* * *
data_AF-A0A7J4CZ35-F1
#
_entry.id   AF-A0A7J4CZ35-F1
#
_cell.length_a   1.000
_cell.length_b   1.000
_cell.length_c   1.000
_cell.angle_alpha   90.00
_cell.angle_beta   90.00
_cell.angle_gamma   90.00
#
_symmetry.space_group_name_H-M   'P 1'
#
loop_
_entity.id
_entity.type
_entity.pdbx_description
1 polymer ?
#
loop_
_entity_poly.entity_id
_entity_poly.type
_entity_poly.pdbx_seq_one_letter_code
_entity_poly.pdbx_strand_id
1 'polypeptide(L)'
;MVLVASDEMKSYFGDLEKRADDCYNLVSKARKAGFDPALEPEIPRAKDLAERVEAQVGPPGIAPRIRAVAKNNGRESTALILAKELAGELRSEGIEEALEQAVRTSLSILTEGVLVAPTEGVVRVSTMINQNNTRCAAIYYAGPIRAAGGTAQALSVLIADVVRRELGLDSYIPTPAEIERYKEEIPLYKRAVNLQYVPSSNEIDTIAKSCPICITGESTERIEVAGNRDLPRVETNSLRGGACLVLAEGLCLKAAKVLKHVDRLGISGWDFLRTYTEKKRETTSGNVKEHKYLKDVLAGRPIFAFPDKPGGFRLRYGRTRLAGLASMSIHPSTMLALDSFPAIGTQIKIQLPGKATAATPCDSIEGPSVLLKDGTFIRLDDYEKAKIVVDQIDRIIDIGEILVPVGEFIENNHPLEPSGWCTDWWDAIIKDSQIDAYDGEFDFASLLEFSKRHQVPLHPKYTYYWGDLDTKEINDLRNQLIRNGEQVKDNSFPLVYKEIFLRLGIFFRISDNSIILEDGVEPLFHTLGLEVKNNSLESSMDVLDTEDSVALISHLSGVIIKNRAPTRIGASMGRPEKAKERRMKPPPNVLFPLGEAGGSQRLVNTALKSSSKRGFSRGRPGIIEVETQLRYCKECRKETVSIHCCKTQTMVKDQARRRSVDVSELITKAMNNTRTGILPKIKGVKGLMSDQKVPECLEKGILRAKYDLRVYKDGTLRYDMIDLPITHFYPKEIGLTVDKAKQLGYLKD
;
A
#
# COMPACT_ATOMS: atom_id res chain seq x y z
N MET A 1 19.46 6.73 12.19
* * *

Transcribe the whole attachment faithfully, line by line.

data_AF-A0A7J4CZ35-F1
#
_entry.id   AF-A0A7J4CZ35-F1
#
_cell.length_a   1.000
_cell.length_b   1.000
_cell.length_c   1.000
_cell.angle_alpha   90.00
_cell.angle_beta   90.00
_cell.angle_gamma   90.00
#
_symmetry.space_group_name_H-M   'P 1'
#
loop_
_entity.id
_entity.type
_entity.pdbx_description
1 polymer ?
#
loop_
_entity_poly.entity_id
_entity_poly.type
_entity_poly.pdbx_seq_one_letter_code
_entity_poly.pdbx_strand_id
1 'polypeptide(L)'
;MVLVASDEMKSYFGDLEKRADDCYNLVSKARKAGFDPALEPEIPRAKDLAERVEAQVGPPGIAPRIRAVAKNNGRESTALILAKELAGELRSEGIEEALEQAVRTSLSILTEGVLVAPTEGVVRVSTMINQNNTRCAAIYYAGPIRAAGGTAQALSVLIADVVRRELGLDSYIPTPAEIERYKEEIPLYKRAVNLQYVPSSNEIDTIAKSCPICITGESTERIEVAGNRDLPRVETNSLRGGACLVLAEGLCLKAAKVLKHVDRLGISGWDFLRTYTEKKRETTSGNVKEHKYLKDVLAGRPIFAFPDKPGGFRLRYGRTRLAGLASMSIHPSTMLALDSFPAIGTQIKIQLPGKATAATPCDSIEGPSVLLKDGTFIRLDDYEKAKIVVDQIDRIIDIGEILVPVGEFIENNHPLEPSGWCTDWWDAIIKDSQIDAYDGEFDFASLLEFSKRHQVPLHPKYTYYWGDLDTKEINDLRNQLIRNGEQVKDNSFPLVYKEIFLRLGIFFRISDNSIILEDGVEPLFHTLGLEVKNNSLESSMDVLDTEDSVALISHLSGVIIKNRAPTRIGASMGRPEKAKERRMKPPPNVLFPLGEAGGSQRLVNTALKSSSKRGFSRGRPGIIEVETQLRYCKECRKETVSIHCCKTQTMVKDQARRRSVDVSELITKAMNNTRTGILPKIKGVKGLMSDQKVPECLEKGILRAKYDLRVYKDGTLRYDMIDLPITHFYPKEIGLTVDKAKQLGYLKD
;
A
#
# COMPACT_ATOMS: atom_id res chain seq x y z
N MET A 1 19.46 6.73 12.19